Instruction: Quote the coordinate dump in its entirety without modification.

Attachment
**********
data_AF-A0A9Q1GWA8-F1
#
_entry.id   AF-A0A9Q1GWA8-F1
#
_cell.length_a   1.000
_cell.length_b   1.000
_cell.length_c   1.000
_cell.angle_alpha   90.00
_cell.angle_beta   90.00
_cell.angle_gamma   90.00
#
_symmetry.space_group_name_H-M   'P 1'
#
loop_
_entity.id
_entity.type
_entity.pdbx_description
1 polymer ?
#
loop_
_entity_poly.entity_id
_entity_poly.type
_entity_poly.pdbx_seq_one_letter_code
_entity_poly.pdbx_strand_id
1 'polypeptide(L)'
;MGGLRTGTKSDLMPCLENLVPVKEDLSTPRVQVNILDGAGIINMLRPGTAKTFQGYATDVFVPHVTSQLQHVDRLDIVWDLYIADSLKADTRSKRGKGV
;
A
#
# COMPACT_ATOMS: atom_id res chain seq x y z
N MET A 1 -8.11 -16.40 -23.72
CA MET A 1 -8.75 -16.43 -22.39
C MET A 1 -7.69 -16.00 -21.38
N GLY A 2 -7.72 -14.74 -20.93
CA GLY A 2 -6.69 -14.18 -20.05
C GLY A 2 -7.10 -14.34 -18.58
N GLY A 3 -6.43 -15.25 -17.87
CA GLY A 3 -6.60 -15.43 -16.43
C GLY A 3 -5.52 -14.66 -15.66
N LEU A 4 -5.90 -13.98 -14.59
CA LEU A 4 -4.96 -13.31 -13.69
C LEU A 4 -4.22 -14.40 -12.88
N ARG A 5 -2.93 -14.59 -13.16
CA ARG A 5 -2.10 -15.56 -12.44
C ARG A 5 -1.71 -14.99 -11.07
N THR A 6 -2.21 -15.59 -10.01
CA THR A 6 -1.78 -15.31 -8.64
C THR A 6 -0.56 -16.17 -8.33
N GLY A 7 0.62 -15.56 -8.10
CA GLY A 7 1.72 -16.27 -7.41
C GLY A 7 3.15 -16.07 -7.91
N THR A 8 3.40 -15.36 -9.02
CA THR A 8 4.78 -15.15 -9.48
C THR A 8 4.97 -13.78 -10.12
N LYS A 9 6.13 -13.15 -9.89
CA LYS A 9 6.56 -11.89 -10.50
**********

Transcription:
data_AF-A0A9Q1GWA8-F1
#
_entry.id   AF-A0A9Q1GWA8-F1
#
_cell.length_a   1.000
_cell.length_b   1.000
_cell.length_c   1.000
_cell.angle_alpha   90.00
_cell.angle_beta   90.00
_cell.angle_gamma   90.00
#
_symmetry.space_group_name_H-M   'P 1'
#
loop_
_entity.id
_entity.type
_entity.pdbx_description
1 polymer ?
#
loop_
_entity_poly.entity_id
_entity_poly.type
_entity_poly.pdbx_seq_one_letter_code
_entity_poly.pdbx_strand_id
1 'polypeptide(L)'
;MGGLRTGTKSDLMPCLENLVPVKEDLSTPRVQVNILDGAGIINMLRPGTAKTFQGYATDVFVPHVTSQLQHVDRLDIVWDLYIADSLKADTRSKRGKGV
;
A
#
# COMPACT_ATOMS: atom_id res chain seq x y z
N MET A 1 -8.11 -16.40 -23.72
CA MET A 1 -8.75 -16.43 -22.39
C MET A 1 -7.69 -16.00 -21.38
N GLY A 2 -7.72 -14.74 -20.93
CA GLY A 2 -6.69 -14.18 -20.05
C GLY A 2 -7.10 -14.34 -18.58
N GLY A 3 -6.43 -15.25 -17.87
CA GLY A 3 -6.60 -15.43 -16.43
C GLY A 3 -5.52 -14.66 -15.66
N LEU A 4 -5.90 -13.98 -14.59
CA LEU A 4 -4.96 -13.31 -13.69
C LEU A 4 -4.22 -14.40 -12.88
N ARG A 5 -2.93 -14.59 -13.16
CA ARG A 5 -2.10 -15.56 -12.44
C ARG A 5 -1.71 -14.99 -11.07
N THR A 6 -2.21 -15.59 -10.01
CA THR A 6 -1.78 -15.31 -8.64
C THR A 6 -0.56 -16.17 -8.33
N GLY A 7 0.62 -15.56 -8.10
CA GLY A 7 1.72 -16.27 -7.41
C GLY A 7 3.15 -16.07 -7.91
N THR A 8 3.40 -15.36 -9.02
CA THR A 8 4.78 -15.15 -9.48
C THR A 8 4.97 -13.78 -10.12
N LYS A 9 6.13 -13.15 -9.89
CA LYS A 9 6.56 -11.89 -10.50